Prog - - Take A Bow - JOR­DAN BLUM

With the re­cent re­lease of the hyp­not­i­cally heavy Vec­tor, Lon­don sex­tet Haken fur­ther dis­tin­guish them­selves as one of the most fer­tile, go-get­ting and unique bands in modern prog. Their most abra­sive LP in years, Vec­tor packs the kind of flam­boy­ant in­tri­cacy and catch­i­ness that de­mands faith­ful live re­pro­duc­tions. Thank­fully, that’s pre­cisely what’s de­liv­ered here. Co-head­lin­ing with Nor­we­gian avant­garde heavy prog­gers Le­prous, along­side sup­port from Bos­ton baroque rock troupe Bent Knee, Haken un­veil top-tier skill amid a highly en­gag­ing and wel­com­ing con­cert.

Bent Knee hold marvel­lous cre­ativ­ity, ex­pert mu­si­cian­ship and jovial hu­mil­ity from start to fin­ish. The true treat of their set tonight is the suc­ces­sion of un­re­leased new ma­te­rial. The melan­cholic funk of Hold Me In is colour­ful and grip­ping, while the dreamy yet gothic splen­dour of Egg Re­placer show­cases prodi­gious, sparse fury. Some over­whelm­ing ef­fects not­with­stand­ing, the in­stru­ments and vo­cals mix flaw­lessly, do­ing jus­tice to Bent Knee’s one-of-a-kind for­mula.

Le­prous are won­der­fully fore­bod­ing, sullen and dy­nam­i­cally rich. They be­gin with a haunt­ing lone cello recital, and from there dive into faith­ful recre­ations of sev­eral gems from last year’s Malina al­bum, in­clud­ing the opener Bon­neville, Stuck and Il­lu­mi­nate. Through­out their 75-minute stint, vo­cal­ist Ei­nar Sol­berg oozes im­pas­sioned fragility while the rest of Le­prous stand fo­cused, mak­ing del­i­cate tran­si­tions be­tween each bom­bas­tic as­sault and ethe­real har­mony.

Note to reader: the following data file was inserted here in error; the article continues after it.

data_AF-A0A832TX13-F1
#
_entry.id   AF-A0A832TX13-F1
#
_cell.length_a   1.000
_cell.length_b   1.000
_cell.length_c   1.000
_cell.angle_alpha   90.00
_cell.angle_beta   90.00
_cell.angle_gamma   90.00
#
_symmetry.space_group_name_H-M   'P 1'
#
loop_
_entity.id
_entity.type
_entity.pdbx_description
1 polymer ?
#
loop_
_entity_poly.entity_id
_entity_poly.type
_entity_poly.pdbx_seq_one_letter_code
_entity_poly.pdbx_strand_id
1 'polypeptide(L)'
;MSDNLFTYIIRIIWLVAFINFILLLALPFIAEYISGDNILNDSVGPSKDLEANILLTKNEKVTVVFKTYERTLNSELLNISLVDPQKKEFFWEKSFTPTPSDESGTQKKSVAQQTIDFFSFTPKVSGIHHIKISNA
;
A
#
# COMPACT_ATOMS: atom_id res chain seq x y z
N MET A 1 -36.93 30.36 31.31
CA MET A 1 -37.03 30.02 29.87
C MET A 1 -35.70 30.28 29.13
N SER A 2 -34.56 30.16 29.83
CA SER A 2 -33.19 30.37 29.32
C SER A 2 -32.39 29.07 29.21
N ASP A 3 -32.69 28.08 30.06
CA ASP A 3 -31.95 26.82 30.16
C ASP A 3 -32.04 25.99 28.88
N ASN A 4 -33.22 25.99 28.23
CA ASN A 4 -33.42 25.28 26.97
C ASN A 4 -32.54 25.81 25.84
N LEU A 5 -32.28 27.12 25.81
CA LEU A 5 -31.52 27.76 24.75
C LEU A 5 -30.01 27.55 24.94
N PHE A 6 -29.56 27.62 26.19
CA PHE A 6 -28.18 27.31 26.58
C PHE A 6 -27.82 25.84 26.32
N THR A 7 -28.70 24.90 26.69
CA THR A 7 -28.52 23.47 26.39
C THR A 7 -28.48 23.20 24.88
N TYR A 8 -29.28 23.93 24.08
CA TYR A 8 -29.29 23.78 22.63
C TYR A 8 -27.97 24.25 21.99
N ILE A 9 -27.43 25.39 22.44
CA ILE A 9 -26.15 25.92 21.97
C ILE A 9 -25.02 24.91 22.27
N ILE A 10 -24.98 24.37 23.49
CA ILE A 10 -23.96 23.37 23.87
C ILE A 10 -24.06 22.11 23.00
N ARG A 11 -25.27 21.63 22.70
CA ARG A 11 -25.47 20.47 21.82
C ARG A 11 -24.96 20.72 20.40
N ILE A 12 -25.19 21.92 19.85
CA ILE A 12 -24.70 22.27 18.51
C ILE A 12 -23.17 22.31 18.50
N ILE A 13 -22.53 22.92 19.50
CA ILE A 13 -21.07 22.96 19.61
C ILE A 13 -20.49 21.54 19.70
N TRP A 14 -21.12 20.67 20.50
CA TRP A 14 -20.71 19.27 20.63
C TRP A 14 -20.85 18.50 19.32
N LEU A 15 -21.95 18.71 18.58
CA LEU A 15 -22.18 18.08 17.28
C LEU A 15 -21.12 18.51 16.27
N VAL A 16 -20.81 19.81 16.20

Vis­ually, Le­prous un­doubt­edly reign supreme tonight. While Bent Knee and Haken’s mul­ti­coloured light os­cil­la­tions cer­tainly en­hance their mu­sic, the Nor­we­gian quin­tet’s use of rhyth­mi­cally timed and al­ter­nat­ing bursts of white, red, green, yel­low, and or­ange ra­di­ance just feels more the­mat­i­cally res­o­nant. Cou­pled with the venue’s post-Hal­loween dec­o­ra­tions of spi­der­webs and skele­ton faces, in con­junc­tion with ab­stract, Lasse Hoile-es­que videos of nightly roads, shift­ing eyes and danc­ing fig­ures, Le­prous yield an un­matched emo­tional ex­pe­ri­ence that lasts long af­ter they leave the stage. They con­clude their main set with a reprisal from the cello, giv­ing the show mean­ing­ful con­ti­nu­ity, be­fore en­cor­ing with Mi­rage and From The Flame. It is a wholly af­fec­tive and cap­ti­vat­ing set.

Of course, Haken don’t dis­ap­point ei­ther. Nat­u­rally favour­ing se­lec­tions from the new al­bum, their lengthy per­for­mance kicks off with Vec­tor’s ini­tial one-two punch of Clear and The Good Doc­tor. They alsmoa­genta bring out what seems to be the fan favourite of the al­bum, namely Puz­zle Box, as well as bru­tal in­stru­men­tal Nil By Mouth and the gor­geously tem­per­a­men­tal track Veil.

Aside from those, the group earn mas­sive cheers dur­ing The Moun­tain’s Fall­ing Back To Earth and Affin­ity’s 1985, dur­ing which vo­cal­ist Ross Jen­nings flaunts his tongue-in-cheek neon glasses, while Diego Te­jeida en­joys the spot­light dur­ing his key­tar solo. The truly out­stand­ing mo­ment, how­ever, comes when they pull out the epic Crys­tallised (from the Restora­tion EP) at the end. It is a fault­less ren­di­tion that re­veals how ex­cep­tion­ally united they are: even their in­ter­lock­ing har­monies are note-per­fect.

All three bands de­light and im­press at Un­der­ground Arts tonight, re­in­forc­ing their place at the top of their re­spec­tive sub­gen­res. While their styles ini­tially seem a bit in­con­gru­ous for a shared con­cert, they ac­tu­ally com­ple­ment each other quite fit­tingly, and the au­di­ence are vis­i­bly en­tranced by all of them.






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